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  5. "Oratores in foro exclamant."

"Oratores in foro exclamant."

Translation:The orators exclaim in the forum.

August 29, 2019



I would not say that the suggested translation 'The orators exclaim in the forum.' is totally wrong, but it is definitely not idiomatic English. Something more like 'shout, shout out, cry out' would be much better. With an accusative object you could also say 'declaim' (although that's restricted to certain registers). Cf. the OLD entry s.v. exclāmō. (Generally I advise my students not to default to whatever word the Latin word has been borrowed as into English, since the English word will often have shifted the semantics a bit.)


I too think 'shout' should be accepted. I've reported this.


It should not only be accepted, they should change it to be the preferred translation. In English we do not use "exclaim" as a standalone verb. Although dictionaries will say it's both transitive and intransitive, I doubt you will find an example of the latter that is not followed by a direct quotation of the words being exclaimed.


It seems rare to say "I exclaim", without saying that I say, or we could say "exclaim against" something.

Maybe it's like:
Romani ite domum. Oratores irate exclamunt ?


And it 39 minutes, the Contributors have added the alternative. Just need the DL elves to make available to all.


Agree 'shout' should be preferred over 'exclaim' in English translation


The pronunciation is incorrect. The penultimate syllable of exclamant has a long "a" and should receive the stress: exclámant.


That appears to have been corrected in the audio that I heard.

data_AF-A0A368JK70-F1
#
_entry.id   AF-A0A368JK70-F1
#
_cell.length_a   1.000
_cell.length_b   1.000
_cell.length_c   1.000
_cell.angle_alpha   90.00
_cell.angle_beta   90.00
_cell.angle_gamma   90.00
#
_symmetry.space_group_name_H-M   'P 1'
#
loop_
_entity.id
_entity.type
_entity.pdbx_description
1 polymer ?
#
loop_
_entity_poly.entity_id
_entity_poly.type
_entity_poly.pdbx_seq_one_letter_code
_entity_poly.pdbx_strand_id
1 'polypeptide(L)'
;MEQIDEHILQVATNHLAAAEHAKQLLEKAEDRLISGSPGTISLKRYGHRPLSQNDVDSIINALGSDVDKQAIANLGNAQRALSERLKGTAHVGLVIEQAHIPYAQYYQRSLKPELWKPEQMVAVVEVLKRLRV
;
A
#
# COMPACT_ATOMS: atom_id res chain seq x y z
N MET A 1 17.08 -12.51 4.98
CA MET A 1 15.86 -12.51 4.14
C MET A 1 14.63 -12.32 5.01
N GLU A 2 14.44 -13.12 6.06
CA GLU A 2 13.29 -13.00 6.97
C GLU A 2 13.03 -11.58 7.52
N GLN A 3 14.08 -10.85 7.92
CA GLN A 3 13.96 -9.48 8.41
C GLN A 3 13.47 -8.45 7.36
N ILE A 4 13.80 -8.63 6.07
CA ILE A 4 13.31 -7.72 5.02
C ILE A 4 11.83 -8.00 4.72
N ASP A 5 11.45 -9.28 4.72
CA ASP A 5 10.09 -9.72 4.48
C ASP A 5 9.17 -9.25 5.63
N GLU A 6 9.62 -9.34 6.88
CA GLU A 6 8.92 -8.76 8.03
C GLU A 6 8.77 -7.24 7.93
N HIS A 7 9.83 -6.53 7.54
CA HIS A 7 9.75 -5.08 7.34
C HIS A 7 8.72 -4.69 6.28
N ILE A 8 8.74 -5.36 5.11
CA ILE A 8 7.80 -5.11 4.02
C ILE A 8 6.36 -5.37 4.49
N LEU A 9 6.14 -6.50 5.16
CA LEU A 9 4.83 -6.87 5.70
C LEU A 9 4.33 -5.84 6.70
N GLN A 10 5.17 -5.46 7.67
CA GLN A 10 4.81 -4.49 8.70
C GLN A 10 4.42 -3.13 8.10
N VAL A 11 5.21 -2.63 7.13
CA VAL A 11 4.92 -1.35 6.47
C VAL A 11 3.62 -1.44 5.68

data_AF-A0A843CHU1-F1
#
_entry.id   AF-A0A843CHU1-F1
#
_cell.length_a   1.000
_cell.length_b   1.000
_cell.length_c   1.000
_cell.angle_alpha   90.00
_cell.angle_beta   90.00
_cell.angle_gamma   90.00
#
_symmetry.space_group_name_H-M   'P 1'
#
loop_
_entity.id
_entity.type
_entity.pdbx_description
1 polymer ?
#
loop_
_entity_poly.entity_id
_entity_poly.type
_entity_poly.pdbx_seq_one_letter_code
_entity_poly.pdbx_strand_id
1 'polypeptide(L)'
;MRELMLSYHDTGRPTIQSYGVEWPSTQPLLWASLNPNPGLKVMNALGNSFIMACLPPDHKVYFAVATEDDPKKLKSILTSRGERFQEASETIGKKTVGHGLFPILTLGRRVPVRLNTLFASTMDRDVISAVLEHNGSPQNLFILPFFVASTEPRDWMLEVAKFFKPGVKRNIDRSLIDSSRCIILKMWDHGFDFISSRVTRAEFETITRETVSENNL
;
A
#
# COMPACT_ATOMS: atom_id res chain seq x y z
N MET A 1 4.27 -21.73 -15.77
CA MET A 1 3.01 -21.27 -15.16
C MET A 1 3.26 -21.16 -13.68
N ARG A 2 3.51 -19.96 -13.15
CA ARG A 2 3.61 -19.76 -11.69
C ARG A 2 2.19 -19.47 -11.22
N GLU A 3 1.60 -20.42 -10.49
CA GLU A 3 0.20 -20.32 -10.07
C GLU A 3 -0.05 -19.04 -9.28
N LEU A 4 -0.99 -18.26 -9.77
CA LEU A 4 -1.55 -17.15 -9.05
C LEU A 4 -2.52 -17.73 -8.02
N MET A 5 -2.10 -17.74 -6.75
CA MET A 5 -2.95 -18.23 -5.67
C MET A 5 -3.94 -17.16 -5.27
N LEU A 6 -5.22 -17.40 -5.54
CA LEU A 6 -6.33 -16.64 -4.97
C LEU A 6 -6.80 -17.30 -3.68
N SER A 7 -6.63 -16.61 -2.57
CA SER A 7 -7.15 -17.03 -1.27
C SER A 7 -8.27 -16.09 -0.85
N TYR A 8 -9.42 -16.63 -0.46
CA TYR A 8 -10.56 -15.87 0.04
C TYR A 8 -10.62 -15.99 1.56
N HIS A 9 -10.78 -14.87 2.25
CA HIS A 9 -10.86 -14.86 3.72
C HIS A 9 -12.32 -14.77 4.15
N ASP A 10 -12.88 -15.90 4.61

That's strange: the recording I heard this time (a week later) was incorrect, with the same problem as identified by psyduck99. I have reported this as "The audio does not sound correct".


I think the purpose was to indicate this term survives directly, albeit archaically, into modern English; and to indicate that there is often more than one possibility.

Shout, etc., should also be allowed though.

I suspect the orators also simultaneously declaim and proclaim...




Does this mean give a speech or shout? Shouting to me does not necessarily imply being in front of a crowd.


Here's what the big Latin dictionaries say: Oxford Latin Dictionary - 'To cry out, to utter an exclamation, (of utterances) to be loud'; Lewis and Short - 'To call or cry aloud, to call or cry out, to exclaim'.


The English sentence doesn't look natural to me. What do English native speakers think? I'd use "speakers" instead of "orators" (accepting both possibilities) and try and find a more appropriate verb than the exact calque that looks really as a literal translation an English speaker would not use in this sentence.

My tone may sound harsh but it's not meant to offend anyone and certainly not the contributors. You made a great job and I understand a literal translation is part of Duolingo policies but, please, use when it's possible, words that are the modern English equivalents, keeping only latin words that are specific to Roman times (like forum, patrician, plebeian, sesterce and the like). My remarks have only one goal: help you to improve this beta-course to make it a great one, that will help teenagers and adults realise that Latin can be fun.


EXclamant -> exCLAmant.

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